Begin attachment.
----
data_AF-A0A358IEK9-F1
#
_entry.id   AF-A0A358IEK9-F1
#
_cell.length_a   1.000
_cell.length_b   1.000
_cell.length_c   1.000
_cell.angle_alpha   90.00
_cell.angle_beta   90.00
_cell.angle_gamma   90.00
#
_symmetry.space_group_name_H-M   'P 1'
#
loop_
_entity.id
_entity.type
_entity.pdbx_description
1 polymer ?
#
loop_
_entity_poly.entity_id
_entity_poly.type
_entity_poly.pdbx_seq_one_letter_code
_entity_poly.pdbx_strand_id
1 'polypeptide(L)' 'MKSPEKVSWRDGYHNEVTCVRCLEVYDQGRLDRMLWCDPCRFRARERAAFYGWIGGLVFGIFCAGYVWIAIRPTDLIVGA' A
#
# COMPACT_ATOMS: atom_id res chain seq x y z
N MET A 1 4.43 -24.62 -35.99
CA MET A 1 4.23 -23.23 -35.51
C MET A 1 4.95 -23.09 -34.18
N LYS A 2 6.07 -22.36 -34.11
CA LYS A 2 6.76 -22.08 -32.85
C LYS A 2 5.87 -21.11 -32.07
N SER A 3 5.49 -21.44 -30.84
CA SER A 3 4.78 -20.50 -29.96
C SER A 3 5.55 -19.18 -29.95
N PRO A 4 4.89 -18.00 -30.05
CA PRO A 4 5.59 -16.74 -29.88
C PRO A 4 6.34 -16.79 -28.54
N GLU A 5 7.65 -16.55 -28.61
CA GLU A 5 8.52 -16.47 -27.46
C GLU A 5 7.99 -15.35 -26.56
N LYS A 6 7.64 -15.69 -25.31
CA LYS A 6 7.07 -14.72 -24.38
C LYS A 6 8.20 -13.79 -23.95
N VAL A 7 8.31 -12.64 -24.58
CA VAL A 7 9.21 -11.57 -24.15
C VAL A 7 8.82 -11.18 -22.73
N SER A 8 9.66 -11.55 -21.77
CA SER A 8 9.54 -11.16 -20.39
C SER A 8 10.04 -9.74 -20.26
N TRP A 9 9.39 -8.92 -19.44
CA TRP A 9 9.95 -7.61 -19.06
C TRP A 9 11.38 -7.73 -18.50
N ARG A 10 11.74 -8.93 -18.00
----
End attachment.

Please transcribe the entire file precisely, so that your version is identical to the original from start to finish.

data_AF-A0A358IEK9-F1
#
_entry.id   AF-A0A358IEK9-F1
#
_cell.length_a   1.000
_cell.length_b   1.000
_cell.length_c   1.000
_cell.angle_alpha   90.00
_cell.angle_beta   90.00
_cell.angle_gamma   90.00
#
_symmetry.space_group_name_H-M   'P 1'
#
loop_
_entity.id
_entity.type
_entity.pdbx_description
1 polymer ?
#
loop_
_entity_poly.entity_id
_entity_poly.type
_entity_poly.pdbx_seq_one_letter_code
_entity_poly.pdbx_strand_id
1 'polypeptide(L)' 'MKSPEKVSWRDGYHNEVTCVRCLEVYDQGRLDRMLWCDPCRFRARERAAFYGWIGGLVFGIFCAGYVWIAIRPTDLIVGA' A
#
# COMPACT_ATOMS: atom_id res chain seq x y z
N MET A 1 4.43 -24.62 -35.99
CA MET A 1 4.23 -23.23 -35.51
C MET A 1 4.95 -23.09 -34.18
N LYS A 2 6.07 -22.36 -34.11
CA LYS A 2 6.76 -22.08 -32.85
C LYS A 2 5.87 -21.11 -32.07
N SER A 3 5.49 -21.44 -30.84
CA SER A 3 4.78 -20.50 -29.96
C SER A 3 5.55 -19.18 -29.95
N PRO A 4 4.89 -18.00 -30.05
CA PRO A 4 5.59 -16.74 -29.88
C PRO A 4 6.34 -16.79 -28.54
N GLU A 5 7.65 -16.55 -28.61
CA GLU A 5 8.52 -16.47 -27.46
C GLU A 5 7.99 -15.35 -26.56
N LYS A 6 7.64 -15.69 -25.31
CA LYS A 6 7.07 -14.72 -24.38
C LYS A 6 8.20 -13.79 -23.95
N VAL A 7 8.31 -12.64 -24.58
CA VAL A 7 9.21 -11.57 -24.15
C VAL A 7 8.82 -11.18 -22.73
N SER A 8 9.66 -11.55 -21.77
CA SER A 8 9.54 -11.16 -20.39
C SER A 8 10.04 -9.74 -20.26
N TRP A 9 9.39 -8.92 -19.44
CA TRP A 9 9.95 -7.61 -19.06
C TRP A 9 11.38 -7.73 -18.50
N ARG A 10 11.74 -8.93 -18.00